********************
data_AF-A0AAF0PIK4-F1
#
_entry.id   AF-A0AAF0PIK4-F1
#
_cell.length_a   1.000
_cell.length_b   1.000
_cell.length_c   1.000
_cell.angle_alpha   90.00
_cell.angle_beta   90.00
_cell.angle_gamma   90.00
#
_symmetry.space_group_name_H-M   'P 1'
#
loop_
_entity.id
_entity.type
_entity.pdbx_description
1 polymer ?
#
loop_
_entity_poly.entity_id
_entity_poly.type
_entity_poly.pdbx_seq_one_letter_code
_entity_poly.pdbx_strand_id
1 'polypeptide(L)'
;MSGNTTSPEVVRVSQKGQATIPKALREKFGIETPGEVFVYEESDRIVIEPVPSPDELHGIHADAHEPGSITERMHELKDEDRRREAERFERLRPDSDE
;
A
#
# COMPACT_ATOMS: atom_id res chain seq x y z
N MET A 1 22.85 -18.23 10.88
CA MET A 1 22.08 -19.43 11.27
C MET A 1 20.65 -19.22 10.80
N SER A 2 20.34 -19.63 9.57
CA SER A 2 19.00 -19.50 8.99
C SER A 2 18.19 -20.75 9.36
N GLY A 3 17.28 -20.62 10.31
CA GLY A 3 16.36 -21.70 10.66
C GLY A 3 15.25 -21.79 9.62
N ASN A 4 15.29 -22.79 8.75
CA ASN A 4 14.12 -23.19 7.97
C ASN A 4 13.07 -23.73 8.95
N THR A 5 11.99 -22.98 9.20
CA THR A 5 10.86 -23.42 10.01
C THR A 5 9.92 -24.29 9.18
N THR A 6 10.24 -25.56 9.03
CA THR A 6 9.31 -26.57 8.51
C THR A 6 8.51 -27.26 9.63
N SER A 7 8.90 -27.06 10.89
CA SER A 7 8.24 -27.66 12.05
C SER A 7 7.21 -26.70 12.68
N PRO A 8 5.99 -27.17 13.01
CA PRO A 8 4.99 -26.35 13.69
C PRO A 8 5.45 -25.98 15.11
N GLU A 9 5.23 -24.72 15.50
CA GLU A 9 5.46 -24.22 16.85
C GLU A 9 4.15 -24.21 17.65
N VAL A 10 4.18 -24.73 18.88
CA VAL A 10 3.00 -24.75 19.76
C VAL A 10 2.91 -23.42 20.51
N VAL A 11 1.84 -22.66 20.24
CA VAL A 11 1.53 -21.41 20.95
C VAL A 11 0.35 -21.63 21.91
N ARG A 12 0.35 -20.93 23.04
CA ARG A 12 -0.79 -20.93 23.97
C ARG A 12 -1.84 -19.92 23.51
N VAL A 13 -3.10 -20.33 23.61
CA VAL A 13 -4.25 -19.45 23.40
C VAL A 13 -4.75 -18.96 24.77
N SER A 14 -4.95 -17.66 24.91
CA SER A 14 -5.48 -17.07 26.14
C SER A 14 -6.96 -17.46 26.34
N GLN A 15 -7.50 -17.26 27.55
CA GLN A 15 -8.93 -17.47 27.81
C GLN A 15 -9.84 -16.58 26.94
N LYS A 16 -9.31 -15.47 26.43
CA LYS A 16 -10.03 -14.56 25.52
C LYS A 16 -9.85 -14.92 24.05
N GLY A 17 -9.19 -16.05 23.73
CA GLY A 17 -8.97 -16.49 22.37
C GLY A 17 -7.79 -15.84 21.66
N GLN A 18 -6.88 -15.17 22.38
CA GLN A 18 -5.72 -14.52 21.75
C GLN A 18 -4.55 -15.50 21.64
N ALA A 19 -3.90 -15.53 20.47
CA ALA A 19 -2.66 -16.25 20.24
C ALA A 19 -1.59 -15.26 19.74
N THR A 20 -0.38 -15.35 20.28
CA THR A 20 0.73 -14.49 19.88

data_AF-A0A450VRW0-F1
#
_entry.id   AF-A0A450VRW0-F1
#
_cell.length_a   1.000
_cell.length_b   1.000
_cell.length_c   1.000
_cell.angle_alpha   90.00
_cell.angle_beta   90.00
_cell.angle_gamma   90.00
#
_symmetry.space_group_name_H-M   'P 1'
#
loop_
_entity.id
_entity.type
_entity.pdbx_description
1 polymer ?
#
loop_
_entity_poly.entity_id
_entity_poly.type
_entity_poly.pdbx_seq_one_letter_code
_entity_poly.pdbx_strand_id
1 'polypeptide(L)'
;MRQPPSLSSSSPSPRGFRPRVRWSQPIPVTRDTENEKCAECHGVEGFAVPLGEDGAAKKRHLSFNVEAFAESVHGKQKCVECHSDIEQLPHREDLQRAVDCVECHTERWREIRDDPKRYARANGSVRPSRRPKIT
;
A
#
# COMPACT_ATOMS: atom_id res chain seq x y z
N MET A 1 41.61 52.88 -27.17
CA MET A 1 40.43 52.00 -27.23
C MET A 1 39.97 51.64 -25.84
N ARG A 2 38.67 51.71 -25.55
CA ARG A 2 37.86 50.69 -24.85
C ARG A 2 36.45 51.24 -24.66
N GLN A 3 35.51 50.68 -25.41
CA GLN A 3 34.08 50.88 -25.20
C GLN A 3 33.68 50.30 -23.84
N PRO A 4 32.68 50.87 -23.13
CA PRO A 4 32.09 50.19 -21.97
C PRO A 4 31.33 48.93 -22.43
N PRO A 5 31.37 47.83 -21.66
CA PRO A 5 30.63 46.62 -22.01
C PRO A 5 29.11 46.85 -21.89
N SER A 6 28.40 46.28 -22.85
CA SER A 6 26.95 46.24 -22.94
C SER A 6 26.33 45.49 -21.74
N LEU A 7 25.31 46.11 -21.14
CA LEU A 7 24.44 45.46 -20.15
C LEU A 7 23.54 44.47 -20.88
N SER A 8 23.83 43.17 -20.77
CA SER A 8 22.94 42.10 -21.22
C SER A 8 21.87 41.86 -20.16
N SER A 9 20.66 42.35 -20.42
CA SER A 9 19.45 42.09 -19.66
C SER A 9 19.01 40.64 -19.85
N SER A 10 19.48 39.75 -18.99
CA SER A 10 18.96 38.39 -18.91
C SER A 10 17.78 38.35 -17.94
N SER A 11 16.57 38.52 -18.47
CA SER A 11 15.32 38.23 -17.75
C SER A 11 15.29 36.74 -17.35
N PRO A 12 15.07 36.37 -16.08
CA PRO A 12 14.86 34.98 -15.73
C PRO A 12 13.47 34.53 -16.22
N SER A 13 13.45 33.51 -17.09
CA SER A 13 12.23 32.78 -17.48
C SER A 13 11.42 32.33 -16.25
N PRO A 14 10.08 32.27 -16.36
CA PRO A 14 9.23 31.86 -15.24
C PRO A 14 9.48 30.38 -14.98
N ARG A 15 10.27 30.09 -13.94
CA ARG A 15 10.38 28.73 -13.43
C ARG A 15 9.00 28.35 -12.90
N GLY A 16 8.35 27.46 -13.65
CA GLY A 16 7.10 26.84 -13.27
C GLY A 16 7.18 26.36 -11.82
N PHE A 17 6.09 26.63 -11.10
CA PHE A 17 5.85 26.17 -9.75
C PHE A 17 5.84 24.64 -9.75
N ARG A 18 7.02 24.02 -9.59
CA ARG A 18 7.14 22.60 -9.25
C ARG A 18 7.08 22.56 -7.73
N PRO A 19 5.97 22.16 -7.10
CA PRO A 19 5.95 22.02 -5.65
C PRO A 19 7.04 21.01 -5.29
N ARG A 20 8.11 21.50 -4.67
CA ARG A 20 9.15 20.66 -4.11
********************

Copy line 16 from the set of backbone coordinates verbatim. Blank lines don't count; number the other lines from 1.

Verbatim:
_entity.type